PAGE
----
Thursday, September 19, 2013

Current FSAE Work

My work on the MIT Motorsports, or Formula SAE Team has changed scope quite a bit since the last time I updated. I have worked quite extensively on the Accumulator Enclosure for the electric race car. The enclosure must securely hold the batteries in case of a collision, and be able to maintain its rated strength in the case of an electrical arc or electrical fire. This is a crucial component on the car, and its required that we verify our calculations and that the enclosure meets the prescribed rules. If the team is not able to prove this in a way that is satisfactory to the judges, the car will fail E-scrutineering and be disqualified from competing in the dynamic events. Our enclosure is going to be a kevlar composite layup with a nomex honeycomb core that contains several threaded aluminum inserts to bolt to mounting tabs on the frame. Natalie and I performed several destructive tests on composite beams to determine the material properties of our layups for use in design calculations. A short report of our work can be found here, but here are some picture of our test setup
The test piece is mounted so one can load the AN4 bolt in shear, and assess the strength of the aluminum insert embedded in the layup.

The above 2 pictures are of the test to assess the force required to push the aluminum insert out of the composite layup.
 The test specimens are 2 ply kevlar fabric coated in epoxy resin on either side of a nomex honeycomb core. We tested both 1/4" and 1/2" thick core layers. I also made Aluminum inserts on the manual lathe in the N52 shop in varying diameters to embed in the layup to simulate mounting points. These inserts were etched prior to insertion in the layup. All of these layups were vacuum bagged for at least 8 hours while the epoxy cured and used roughly a 50:50 mix of epoxy resin/hardener to kevlar fabric by weight. Natalie and I made a short video of our layup process of the tests to determine an effective elastic modulus of our layup.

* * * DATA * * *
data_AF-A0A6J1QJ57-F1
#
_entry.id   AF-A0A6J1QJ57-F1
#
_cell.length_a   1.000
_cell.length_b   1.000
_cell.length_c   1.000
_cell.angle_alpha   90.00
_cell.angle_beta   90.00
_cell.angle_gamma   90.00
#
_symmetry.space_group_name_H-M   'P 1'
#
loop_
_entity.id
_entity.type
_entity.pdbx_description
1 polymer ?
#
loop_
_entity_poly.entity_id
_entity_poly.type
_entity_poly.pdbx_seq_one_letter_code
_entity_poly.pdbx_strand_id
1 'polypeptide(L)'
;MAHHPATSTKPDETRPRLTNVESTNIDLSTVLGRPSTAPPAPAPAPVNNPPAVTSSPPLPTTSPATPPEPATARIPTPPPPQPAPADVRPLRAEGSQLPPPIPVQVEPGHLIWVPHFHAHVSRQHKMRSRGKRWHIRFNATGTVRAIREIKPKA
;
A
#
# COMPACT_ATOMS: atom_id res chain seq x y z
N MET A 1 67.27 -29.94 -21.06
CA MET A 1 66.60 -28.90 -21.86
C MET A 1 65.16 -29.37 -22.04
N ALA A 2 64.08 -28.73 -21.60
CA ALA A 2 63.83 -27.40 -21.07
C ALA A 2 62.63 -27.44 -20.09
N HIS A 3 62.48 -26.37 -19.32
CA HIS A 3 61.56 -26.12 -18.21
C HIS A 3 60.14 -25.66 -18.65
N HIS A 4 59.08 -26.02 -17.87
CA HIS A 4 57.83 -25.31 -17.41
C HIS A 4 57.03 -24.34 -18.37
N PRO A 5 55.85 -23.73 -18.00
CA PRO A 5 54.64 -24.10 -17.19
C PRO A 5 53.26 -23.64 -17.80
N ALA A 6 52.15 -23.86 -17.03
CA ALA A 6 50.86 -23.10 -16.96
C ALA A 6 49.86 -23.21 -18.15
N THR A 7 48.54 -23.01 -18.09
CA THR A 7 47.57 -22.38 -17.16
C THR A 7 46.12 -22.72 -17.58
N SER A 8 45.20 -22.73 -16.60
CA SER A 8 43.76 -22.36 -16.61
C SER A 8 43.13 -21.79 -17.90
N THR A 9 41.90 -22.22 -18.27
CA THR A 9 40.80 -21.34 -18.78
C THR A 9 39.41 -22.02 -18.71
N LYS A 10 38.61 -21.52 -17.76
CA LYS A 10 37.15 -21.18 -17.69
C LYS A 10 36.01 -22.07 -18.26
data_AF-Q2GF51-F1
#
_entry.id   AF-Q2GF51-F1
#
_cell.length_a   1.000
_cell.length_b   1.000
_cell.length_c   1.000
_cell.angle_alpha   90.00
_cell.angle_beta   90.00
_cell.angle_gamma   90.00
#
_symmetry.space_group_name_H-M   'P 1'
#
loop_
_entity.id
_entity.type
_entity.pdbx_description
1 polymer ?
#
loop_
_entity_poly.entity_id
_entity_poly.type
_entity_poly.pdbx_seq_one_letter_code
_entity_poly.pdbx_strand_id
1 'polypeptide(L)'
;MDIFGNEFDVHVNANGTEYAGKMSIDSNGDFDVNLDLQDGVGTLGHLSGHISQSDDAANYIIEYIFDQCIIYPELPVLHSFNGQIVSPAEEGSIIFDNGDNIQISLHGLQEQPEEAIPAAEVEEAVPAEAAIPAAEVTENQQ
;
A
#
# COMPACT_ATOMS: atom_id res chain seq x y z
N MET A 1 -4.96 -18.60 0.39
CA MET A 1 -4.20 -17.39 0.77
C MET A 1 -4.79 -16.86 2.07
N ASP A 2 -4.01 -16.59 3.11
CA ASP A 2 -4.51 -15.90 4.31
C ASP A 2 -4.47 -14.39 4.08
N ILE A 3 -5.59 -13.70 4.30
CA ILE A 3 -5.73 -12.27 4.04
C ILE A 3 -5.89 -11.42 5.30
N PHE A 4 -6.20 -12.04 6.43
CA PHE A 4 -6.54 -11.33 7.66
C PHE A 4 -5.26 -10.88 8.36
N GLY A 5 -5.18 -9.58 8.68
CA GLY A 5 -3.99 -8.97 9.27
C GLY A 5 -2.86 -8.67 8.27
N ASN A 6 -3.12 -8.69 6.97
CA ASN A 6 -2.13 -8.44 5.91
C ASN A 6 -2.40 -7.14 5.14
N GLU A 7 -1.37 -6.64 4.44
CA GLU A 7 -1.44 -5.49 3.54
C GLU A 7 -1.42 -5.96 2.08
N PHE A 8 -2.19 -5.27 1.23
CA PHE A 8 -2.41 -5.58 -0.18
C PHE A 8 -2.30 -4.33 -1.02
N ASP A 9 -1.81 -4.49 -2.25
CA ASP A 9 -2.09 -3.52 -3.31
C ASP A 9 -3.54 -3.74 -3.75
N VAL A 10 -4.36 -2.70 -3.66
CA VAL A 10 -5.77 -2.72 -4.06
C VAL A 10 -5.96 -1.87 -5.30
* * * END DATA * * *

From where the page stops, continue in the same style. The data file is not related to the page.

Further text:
The next project that I am hoping to finish is a small 12 Degree of Freedom (DoF) Hexapod. The frame consists of 12 HXT500 5gram Servos, lasercut acrylic, and the hardware to hold everything together. I plan on entering this in an instructables contest before October, so keep an eye out for it. I am doing a custom circuit board with a high current power supply, a "Master" Microcontroller, and a "slave" mcu that acts as a serial servo controller. I am eventually going to release all the design files under a Creative Commons license when I iron out more of the bugs, but for now here is a sneak peek.

 The CAD files were all done in Solidworks, with many iterations of test parts cut to find the optimal size. I currently have the schematic and about 10% of the board layout done, and the entire mechanical frame constructed.

Hexapod with tiny Fedora. The green PCB's are Pololu Micro Maestro Serial Controllers I was using to test.

Underside of the Hexapod

Close up of the leg mechanism.

I was going for a Jake and Elwood Blues color scheme, and am going to use the Fedora to cover up the finished PCB. I know that the leg joint design could be improved greatly by replacing the cantilevered limbs with better supported ones, but I am currently focusing on ease of assembly and economy. I think that this could be  packaged as a kit for the amateur roboticist, as a lower cost alternative to current hexapod chassis. The only tools required to assemble the final version will be a soldering station, needlenose pliers and a hex key.

Tuesday, April 16, 2013




I have started on a new project: a two-wheel, self-balancing electric skateboard. This project is largely inspired by our recent success at an electric vehicle with Melonkart, coupled with a desire for my own personal vehicle that I can ride around. I am basing this current iteration of Segboard on an Instructable written by XenonJohn. I designed the frame and mechanical systems myself, and am planning on using his code to control the board until I have a better feel for it and can try writing my own. This project is also in dire need of a better name that Segboard (suggestions?).